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SERIES: Lincoln Cents 1909-1958
LEVEL: Year, MintMark, & Major Variety

1955 1C Doubled Die Obverse, BN (Regular Strike)

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PCGS MS66BN

OBVIOUS DOUBLING

PCGS MS65BN
PCGS #:
2825
Diameter:
19.00 millimeters
Designer:
Victor David Brenner
Weight:
3.11 grams
Edge:
Plain
Mintage:
33,058,000
Metal Content:
95% Copper, 5% Tin and Zinc
Auction Record:
$8,250 • BU • 12-1-1998 • Sotheby's
Go To Grade
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4
950
4
6
1,000
6
8
1,100
8
10
1,150
10
12
1,300
12
15
1,350
15
20
1,400
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1,450
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25
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1,500
30
45+
1,575
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1,700
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2,400
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2,950
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12,500
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66
30,000
1
66
Rarity and Survival Estimates (Explain)
Grades Survival
Estimate 
Numismatic
Rarity 
Relative Rarity
By Type 
Relative Rarity
By Series 
All Grades 15,000 R-2.9 4 / 143 TIE 7 / 146 TIE
60 or Better 3,750 R-4.2 56 / 143 TIE 58 / 146 TIE
65 or Better 75 R-8.2 8 / 143 TIE 8 / 146 TIE
Condition Census (Explain) Show more rows
Pos Grade Thumbnail Pedigree and History
1 MS65BN PCGS grade  
1 MS65BN PCGS grade  
1 MS65BN PCGS grade  
1 MS65BN PCGS grade  
1 MS65BN PCGS grade  
Condition Census (Explain) Show fewer rows
Pos Grade Thumbnail Pedigree and History
1 MS65BN PCGS grade  
1 MS65BN PCGS grade  
1 MS65BN PCGS grade  
1 MS65BN PCGS grade  
1 MS65BN PCGS grade  
1 MS65BN PCGS grade  
7 MS64+BN PCGS grade
7 MS64+BN PCGS grade
9 MS64BN PCGS grade
9 MS64BN PCGS grade
Jaime Hernandez: The 1955 Doubled Die Lincoln cent is unquestionably the most famous doubled die coin in the entire Lincoln cent series and possibly, even the most famous doubled die coin in numismatics.

The 1955 Doubled Dies were created when the Mint struck a working hub and a working die together while they were both slightly rotated differently from one another. Consequently, this working die then received a doubled die impression and in return, it struck thousands of 1955 Doubled Die cents.

After the 1955 Doubled Dies were produced they were then mixed with millions of regular circulation strike cents from that same year. However, Mint employees caught some of the 1955 Doubled Die cents before they went into circulation. The Mint then decided that it was just not worth the trouble of melting millions of cents to retrieve the approximately 20,000 Doubled Die cents that were accidentally produced.

In the following months 1955 Doubled Die cents were finally turning up in circulation, including in cigarette packs which were being sold in vending machines. At that time, a pack of cigarettes would cost 23 cents each but the vending machines would only take a quarter and no other change. Therefore, the cigarette companies would need to place two cents inside each pack of cigarettes to be given back as change. Anyone who inserted a quarter in the vending machine would then receive a pack of cigarettes with two Lincoln cents inside a cellophane packaging. This cellophane packaging was then wrapped around the cigarette packs with the two Lincoln cents inside it, and this is where many of the 1955 Doubled Dies surfaced.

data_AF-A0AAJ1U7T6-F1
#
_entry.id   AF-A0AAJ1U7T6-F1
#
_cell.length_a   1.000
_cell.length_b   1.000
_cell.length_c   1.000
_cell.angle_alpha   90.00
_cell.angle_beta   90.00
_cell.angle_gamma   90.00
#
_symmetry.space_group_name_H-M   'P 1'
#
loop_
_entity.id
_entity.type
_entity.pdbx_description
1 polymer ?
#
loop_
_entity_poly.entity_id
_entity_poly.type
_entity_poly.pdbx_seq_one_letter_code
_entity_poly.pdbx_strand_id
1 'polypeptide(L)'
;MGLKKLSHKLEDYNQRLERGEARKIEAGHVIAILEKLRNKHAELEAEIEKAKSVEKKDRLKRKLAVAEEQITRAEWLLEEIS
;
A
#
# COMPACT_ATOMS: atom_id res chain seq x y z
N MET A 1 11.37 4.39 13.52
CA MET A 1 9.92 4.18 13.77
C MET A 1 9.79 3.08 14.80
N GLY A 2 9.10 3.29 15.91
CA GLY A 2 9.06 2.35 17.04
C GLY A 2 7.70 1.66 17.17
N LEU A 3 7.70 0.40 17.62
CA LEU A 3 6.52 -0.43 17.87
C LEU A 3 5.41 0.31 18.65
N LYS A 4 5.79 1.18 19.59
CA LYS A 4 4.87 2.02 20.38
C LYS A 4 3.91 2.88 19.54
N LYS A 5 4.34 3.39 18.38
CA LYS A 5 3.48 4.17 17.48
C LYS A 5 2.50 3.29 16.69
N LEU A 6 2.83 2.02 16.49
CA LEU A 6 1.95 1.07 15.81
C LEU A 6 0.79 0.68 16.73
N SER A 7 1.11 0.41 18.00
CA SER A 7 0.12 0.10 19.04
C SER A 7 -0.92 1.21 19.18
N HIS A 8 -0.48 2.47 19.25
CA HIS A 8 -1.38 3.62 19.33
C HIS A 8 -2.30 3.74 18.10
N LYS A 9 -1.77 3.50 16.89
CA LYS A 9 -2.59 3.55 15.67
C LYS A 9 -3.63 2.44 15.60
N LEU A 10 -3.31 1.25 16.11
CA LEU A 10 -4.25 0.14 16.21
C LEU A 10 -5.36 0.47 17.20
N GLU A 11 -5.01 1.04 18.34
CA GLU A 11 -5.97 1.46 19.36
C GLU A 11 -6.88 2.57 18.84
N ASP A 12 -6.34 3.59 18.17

Since 1955 Doubled Dies were being found the same year in which they were released, many coins were pulled aside and preserved. Because of this, most coins exist in AU grades and higher. The original estimate of existing 1955 Doubled Die cents was anywhere from 20,000 to 24,000 coins. Nonetheless, many coins possibly got lost in circulation and the amount of surviving examples may be more like 10,000 to 15,000 examples in existence in all grades combined.

In conclusion, due to the high prices that the 1955 Doubled Die Lincoln cents command, there are many deceiving counterfeit coins out there in the market. One of the main diagnostics of a genuine 1955 Doubled Die cent can be seen on the reverse of the coin. Since there was only one pair of dies used to create the 1955 Doubled Dies, all genuine examples should display vertical die polishing lines to the left of the letter T in ONE CENT. Authentication is strongly recommended for this variety.

Ron Guth: In November 2010, John Wexler reported a 1955 Doubled Die Cent discovered by Richard Snow with curious abrasions on the obverse and reverse, indicating that operators at the mint may have removed the dies from the press to grind off clash marks.  Two incredible scenarios arise: either the press operator missed the doubling of the dies during the abrasion process OR the press operator noticed the doubling and replaced them into the press anyway!  The authenticity of the abraded die 1955 Doubled Die Cents has been confirmed by the presence of diagnostic vertical die scratches coming down from the left bar of the T in CENT.

Sources and/or recommended reading:
"1955 Doubled Die Obverse Cent Story Gets Even Stranger" by John Wexler, COIN WORLD, November 22, 2010, pp. 5, 58 and 60